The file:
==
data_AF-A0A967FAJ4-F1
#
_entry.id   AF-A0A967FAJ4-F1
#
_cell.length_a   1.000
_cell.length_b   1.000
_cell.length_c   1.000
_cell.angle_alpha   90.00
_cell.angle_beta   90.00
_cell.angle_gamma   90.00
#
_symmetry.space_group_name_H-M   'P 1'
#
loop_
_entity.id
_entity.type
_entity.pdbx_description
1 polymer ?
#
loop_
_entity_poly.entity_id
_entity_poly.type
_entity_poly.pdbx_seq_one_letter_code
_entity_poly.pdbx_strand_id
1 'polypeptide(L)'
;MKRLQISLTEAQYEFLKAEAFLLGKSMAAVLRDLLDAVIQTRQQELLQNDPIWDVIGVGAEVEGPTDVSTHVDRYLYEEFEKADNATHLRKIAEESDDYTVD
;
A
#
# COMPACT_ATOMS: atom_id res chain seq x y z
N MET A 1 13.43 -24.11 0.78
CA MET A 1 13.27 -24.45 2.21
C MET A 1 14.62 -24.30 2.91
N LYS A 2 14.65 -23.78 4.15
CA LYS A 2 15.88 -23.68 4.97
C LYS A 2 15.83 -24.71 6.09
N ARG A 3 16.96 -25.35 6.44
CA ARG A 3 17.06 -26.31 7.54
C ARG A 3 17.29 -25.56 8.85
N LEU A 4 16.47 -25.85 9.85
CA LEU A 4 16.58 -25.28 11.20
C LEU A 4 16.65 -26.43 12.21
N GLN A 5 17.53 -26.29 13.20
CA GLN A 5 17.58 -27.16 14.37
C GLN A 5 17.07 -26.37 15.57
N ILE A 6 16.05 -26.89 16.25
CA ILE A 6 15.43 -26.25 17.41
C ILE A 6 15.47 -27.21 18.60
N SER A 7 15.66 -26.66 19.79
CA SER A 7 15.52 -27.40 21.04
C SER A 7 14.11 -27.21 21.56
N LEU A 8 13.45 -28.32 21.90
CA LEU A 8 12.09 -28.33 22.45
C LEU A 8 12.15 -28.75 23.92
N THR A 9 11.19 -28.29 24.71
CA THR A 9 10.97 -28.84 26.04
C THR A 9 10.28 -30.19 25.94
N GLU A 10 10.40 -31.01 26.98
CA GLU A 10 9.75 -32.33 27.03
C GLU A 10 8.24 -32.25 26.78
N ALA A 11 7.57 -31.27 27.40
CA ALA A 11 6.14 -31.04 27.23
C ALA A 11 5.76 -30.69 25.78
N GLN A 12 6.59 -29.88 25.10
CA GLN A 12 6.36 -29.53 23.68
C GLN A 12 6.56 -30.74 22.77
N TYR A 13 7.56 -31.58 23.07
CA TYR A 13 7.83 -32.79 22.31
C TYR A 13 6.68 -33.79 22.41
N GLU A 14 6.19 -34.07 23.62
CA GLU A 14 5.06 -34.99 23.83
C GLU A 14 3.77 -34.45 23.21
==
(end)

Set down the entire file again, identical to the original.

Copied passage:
data_AF-A0A967FAJ4-F1
#
_entry.id   AF-A0A967FAJ4-F1
#
_cell.length_a   1.000
_cell.length_b   1.000
_cell.length_c   1.000
_cell.angle_alpha   90.00
_cell.angle_beta   90.00
_cell.angle_gamma   90.00
#
_symmetry.space_group_name_H-M   'P 1'
#
loop_
_entity.id
_entity.type
_entity.pdbx_description
1 polymer ?
#
loop_
_entity_poly.entity_id
_entity_poly.type
_entity_poly.pdbx_seq_one_letter_code
_entity_poly.pdbx_strand_id
1 'polypeptide(L)'
;MKRLQISLTEAQYEFLKAEAFLLGKSMAAVLRDLLDAVIQTRQQELLQNDPIWDVIGVGAEVEGPTDVSTHVDRYLYEEFEKADNATHLRKIAEESDDYTVD
;
A
#
# COMPACT_ATOMS: atom_id res chain seq x y z
N MET A 1 13.43 -24.11 0.78
CA MET A 1 13.27 -24.45 2.21
C MET A 1 14.62 -24.30 2.91
N LYS A 2 14.65 -23.78 4.15
CA LYS A 2 15.88 -23.68 4.97
C LYS A 2 15.83 -24.71 6.09
N ARG A 3 16.96 -25.35 6.44
CA ARG A 3 17.06 -26.31 7.54
C ARG A 3 17.29 -25.56 8.85
N LEU A 4 16.47 -25.85 9.85
CA LEU A 4 16.58 -25.28 11.20
C LEU A 4 16.65 -26.43 12.21
N GLN A 5 17.53 -26.29 13.20
CA GLN A 5 17.58 -27.16 14.37
C GLN A 5 17.07 -26.37 15.57
N ILE A 6 16.05 -26.89 16.25
CA ILE A 6 15.43 -26.25 17.41
C ILE A 6 15.47 -27.21 18.60
N SER A 7 15.66 -26.66 19.79
CA SER A 7 15.52 -27.40 21.04
C SER A 7 14.11 -27.21 21.56
N LEU A 8 13.45 -28.32 21.90
CA LEU A 8 12.09 -28.33 22.45
C LEU A 8 12.15 -28.75 23.92
N THR A 9 11.19 -28.29 24.71
CA THR A 9 10.97 -28.84 26.04
C THR A 9 10.28 -30.19 25.94
N GLU A 10 10.40 -31.01 26.98
CA GLU A 10 9.75 -32.33 27.03
C GLU A 10 8.24 -32.25 26.78
N ALA A 11 7.57 -31.27 27.40
CA ALA A 11 6.14 -31.04 27.23
C ALA A 11 5.76 -30.69 25.78
N GLN A 12 6.59 -29.88 25.10
CA GLN A 12 6.36 -29.53 23.68
C GLN A 12 6.56 -30.74 22.77
N TYR A 13 7.56 -31.58 23.07
CA TYR A 13 7.83 -32.79 22.31
C TYR A 13 6.68 -33.79 22.41
N GLU A 14 6.19 -34.07 23.62
CA GLU A 14 5.06 -34.99 23.83
C GLU A 14 3.77 -34.45 23.21